Pixies frontman to release graphic novel involving porn

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Aurelien Guichard / Creative Commons/File

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The worlds of comics and rock music have coincided many times in the past. Gene Simmons, Claudio Sanchez of Coheed and Cambria, Alice Cooper and My Chemical Romance’s Gerard Way have either written comics or commissioned writers to produce a work based on their music, and Wavves has a comic out. An upcoming addition to this collection of work is Pixies frontman Black Francis’ “The Good Inn,” due next year.

“The Good Inn,” starring a protagonist called Soldier Boy (sadly, we will not see this hero “superman that hoe”), is co-written by Pixies biographer Josh Frank and drawn by surrealist artist Steven Appelby. The book follows Soldier Boy as he navigates “past homicidal gypsies, combative soldiers and porn-peddling peasants, taking refuge in a secluded inn, where he finds himself center stage in the making of the world’s first narrative pornographic film.”

Francis (real name Charles Thompson), whose groundbreaking music with the Pixies is itself a romp through sci-fi and all things weird and off-kilter, seems like the kind of figure to write a story that is heady and cerebral but at the same time centered on a quest to make the porn film.

Personal feelings about Francis’ terrible treatment of original bassist Kim Deal and firing of touring bassist Kim Shattuck aside, the book sounds like an interesting visual journey, sort of like a Chuck Palahniuk story  only if this were a Palahniuk work, it would more than likely be a lot more depraved.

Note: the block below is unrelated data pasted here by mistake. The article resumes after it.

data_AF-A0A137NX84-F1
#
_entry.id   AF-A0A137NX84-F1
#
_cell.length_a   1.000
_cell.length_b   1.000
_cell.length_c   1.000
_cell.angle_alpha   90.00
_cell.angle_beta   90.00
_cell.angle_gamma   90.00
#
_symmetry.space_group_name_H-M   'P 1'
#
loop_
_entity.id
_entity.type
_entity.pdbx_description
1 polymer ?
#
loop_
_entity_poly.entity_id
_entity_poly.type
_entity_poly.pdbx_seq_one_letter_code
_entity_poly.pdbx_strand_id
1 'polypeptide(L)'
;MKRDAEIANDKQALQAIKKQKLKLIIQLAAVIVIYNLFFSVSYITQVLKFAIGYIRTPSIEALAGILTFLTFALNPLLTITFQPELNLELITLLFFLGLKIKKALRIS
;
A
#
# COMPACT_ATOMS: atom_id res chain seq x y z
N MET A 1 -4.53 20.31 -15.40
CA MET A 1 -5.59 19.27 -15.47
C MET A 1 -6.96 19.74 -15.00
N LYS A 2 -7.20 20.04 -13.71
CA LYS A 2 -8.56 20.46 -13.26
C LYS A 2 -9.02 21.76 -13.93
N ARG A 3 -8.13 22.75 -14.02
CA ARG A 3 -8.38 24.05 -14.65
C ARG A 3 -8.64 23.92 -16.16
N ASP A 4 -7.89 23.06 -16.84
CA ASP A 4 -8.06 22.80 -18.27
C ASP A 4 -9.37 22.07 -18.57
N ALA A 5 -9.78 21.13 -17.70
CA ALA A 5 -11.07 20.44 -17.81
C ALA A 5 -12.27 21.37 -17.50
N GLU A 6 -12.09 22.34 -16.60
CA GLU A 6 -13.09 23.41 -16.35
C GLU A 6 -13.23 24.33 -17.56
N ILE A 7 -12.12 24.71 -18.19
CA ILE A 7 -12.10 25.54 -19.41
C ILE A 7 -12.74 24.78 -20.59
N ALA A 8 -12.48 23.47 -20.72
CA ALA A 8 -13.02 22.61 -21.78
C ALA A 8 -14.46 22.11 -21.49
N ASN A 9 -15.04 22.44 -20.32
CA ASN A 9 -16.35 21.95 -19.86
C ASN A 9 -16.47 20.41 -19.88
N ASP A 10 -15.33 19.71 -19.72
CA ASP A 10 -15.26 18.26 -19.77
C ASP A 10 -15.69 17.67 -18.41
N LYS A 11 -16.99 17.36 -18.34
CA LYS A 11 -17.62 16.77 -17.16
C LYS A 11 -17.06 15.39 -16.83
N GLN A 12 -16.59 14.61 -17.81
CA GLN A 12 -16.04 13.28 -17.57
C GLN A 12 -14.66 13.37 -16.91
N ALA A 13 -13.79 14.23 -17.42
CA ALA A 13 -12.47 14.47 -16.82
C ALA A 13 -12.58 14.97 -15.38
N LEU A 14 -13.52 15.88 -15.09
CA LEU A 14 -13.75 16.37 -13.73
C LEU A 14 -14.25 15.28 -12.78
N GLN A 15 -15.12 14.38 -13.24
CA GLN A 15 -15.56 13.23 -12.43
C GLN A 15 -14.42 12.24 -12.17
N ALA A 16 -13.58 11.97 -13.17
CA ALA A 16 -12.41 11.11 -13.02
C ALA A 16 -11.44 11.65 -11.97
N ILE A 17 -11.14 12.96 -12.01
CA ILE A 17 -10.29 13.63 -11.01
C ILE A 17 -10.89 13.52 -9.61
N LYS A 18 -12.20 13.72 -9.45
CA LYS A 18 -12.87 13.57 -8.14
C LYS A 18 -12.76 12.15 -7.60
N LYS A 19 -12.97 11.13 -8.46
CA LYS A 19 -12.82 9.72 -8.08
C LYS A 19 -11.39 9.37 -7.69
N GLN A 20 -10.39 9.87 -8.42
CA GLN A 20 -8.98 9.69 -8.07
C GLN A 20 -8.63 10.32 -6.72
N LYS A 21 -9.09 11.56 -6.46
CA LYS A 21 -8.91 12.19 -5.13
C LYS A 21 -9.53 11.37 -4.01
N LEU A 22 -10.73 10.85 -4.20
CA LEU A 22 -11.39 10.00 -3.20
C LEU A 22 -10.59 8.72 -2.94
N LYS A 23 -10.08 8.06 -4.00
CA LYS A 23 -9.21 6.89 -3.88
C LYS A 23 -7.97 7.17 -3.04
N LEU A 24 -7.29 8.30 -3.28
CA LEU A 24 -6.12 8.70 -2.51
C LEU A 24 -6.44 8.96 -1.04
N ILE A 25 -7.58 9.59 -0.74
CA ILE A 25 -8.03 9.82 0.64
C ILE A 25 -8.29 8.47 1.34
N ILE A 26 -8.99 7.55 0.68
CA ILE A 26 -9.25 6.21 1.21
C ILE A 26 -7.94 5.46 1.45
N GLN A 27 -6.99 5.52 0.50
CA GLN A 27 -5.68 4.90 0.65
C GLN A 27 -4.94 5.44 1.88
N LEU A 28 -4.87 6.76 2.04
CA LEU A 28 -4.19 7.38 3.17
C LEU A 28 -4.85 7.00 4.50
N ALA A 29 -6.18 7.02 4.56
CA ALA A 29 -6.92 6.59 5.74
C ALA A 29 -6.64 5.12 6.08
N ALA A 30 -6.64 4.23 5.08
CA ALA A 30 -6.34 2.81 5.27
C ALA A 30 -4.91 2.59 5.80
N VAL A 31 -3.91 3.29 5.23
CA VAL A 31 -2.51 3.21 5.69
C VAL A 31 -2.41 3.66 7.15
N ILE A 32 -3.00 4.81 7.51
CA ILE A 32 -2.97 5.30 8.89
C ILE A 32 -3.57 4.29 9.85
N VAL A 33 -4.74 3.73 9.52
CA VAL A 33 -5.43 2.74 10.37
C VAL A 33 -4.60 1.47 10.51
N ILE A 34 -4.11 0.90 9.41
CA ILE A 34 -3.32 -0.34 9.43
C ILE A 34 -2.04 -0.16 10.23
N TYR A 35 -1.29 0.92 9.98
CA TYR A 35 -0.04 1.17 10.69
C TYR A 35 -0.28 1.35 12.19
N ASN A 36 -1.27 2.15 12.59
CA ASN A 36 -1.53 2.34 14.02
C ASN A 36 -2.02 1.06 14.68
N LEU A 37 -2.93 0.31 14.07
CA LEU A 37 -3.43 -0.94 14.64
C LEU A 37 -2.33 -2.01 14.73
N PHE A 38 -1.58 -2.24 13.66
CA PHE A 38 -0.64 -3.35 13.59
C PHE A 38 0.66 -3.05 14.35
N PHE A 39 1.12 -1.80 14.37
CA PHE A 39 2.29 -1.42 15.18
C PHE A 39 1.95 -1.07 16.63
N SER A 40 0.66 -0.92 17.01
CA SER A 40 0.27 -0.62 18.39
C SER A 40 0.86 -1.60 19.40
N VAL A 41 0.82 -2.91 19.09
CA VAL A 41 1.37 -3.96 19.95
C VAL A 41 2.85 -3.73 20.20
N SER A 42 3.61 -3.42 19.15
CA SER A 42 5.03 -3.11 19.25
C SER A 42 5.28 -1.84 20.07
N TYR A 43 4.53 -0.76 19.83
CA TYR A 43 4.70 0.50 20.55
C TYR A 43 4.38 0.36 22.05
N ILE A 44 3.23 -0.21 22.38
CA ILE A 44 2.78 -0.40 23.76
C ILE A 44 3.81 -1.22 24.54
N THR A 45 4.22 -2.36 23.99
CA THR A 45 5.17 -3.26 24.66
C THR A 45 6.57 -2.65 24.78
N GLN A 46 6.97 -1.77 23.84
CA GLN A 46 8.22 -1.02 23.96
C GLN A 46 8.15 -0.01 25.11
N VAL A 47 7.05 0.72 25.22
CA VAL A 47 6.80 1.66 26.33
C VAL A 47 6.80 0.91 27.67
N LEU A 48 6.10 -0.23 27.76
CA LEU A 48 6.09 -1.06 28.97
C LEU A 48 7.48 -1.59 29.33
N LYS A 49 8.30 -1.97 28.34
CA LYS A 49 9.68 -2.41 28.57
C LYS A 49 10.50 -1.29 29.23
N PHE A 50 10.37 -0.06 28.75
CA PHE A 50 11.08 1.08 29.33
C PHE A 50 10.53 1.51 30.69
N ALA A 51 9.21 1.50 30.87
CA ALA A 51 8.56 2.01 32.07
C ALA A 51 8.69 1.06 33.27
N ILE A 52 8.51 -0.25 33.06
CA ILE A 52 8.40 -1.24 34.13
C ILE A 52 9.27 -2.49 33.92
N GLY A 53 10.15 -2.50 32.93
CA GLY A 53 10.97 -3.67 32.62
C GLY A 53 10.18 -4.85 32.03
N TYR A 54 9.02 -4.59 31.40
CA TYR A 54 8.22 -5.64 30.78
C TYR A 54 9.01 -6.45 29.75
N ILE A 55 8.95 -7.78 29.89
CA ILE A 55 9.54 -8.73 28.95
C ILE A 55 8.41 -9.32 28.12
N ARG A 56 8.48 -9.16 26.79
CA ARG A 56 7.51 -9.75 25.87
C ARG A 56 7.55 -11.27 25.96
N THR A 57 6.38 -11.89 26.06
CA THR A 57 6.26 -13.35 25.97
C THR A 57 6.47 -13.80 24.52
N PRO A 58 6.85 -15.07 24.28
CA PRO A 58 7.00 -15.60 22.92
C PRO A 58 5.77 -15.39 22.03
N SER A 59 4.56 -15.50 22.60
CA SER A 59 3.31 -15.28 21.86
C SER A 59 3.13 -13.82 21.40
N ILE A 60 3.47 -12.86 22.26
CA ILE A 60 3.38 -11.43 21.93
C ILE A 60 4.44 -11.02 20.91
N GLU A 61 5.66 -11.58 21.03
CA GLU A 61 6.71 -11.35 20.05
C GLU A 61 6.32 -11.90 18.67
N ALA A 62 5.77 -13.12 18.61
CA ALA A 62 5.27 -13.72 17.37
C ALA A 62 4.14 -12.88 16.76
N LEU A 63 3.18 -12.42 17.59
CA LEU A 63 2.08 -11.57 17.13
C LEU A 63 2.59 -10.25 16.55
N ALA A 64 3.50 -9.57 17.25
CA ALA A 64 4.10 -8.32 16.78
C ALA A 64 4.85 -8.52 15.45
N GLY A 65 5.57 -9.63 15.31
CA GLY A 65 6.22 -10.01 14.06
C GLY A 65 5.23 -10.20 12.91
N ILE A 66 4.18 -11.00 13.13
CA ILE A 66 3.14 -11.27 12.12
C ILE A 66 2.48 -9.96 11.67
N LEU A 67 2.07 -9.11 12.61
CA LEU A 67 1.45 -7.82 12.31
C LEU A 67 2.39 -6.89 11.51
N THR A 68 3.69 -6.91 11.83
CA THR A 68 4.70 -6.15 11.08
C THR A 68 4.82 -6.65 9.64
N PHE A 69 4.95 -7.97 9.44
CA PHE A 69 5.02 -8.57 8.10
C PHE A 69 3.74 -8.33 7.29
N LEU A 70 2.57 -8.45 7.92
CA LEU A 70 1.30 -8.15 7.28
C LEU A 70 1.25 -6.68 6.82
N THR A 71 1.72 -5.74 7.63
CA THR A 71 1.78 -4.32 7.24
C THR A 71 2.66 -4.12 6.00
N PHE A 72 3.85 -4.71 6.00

The melding of comics and music isn’t a recent phenomenon, nor is it exclusive between comics and rock — popular singers starring in comics date back to the 50s, when singer Pat Boone appeared in an issue of “Superman’s Girlfriend, Lois Lane,” and The Beatles made some appearances in comics as well. The trend even extends to rap: Legendary Wu-Tang member Ghostface Killah released a miniseries earlier this year based on his album “Twelve Reasons to Die.”

Is there some inherent relationship between comics and music that makes so many musicians drop their mikes or guitars and rush to a computer to belt out a miniseries? Perhaps as a musician focused on rhythm and lyrics and flow, writing a comic — in which words and pictures must flow seamlessly — might come easily. Maybe it’s for the whimsy of writing a comic centered on the creation of narrative porn, whatever a narrative porn is.

Nevertheless, “The Good Inn,” meant to be “a fantastical piece of illustrated fiction based on a yet-to-be-written soundtrack to a movie that doesn’t yet exist,” (Black Francis, where is your mind? Seriously, this makes no sense.) may please Pixies fans and comics readers alike, probably as much as the Pixies’ new single has.

Youssef Shokry covers literature. Contact him at [email protected]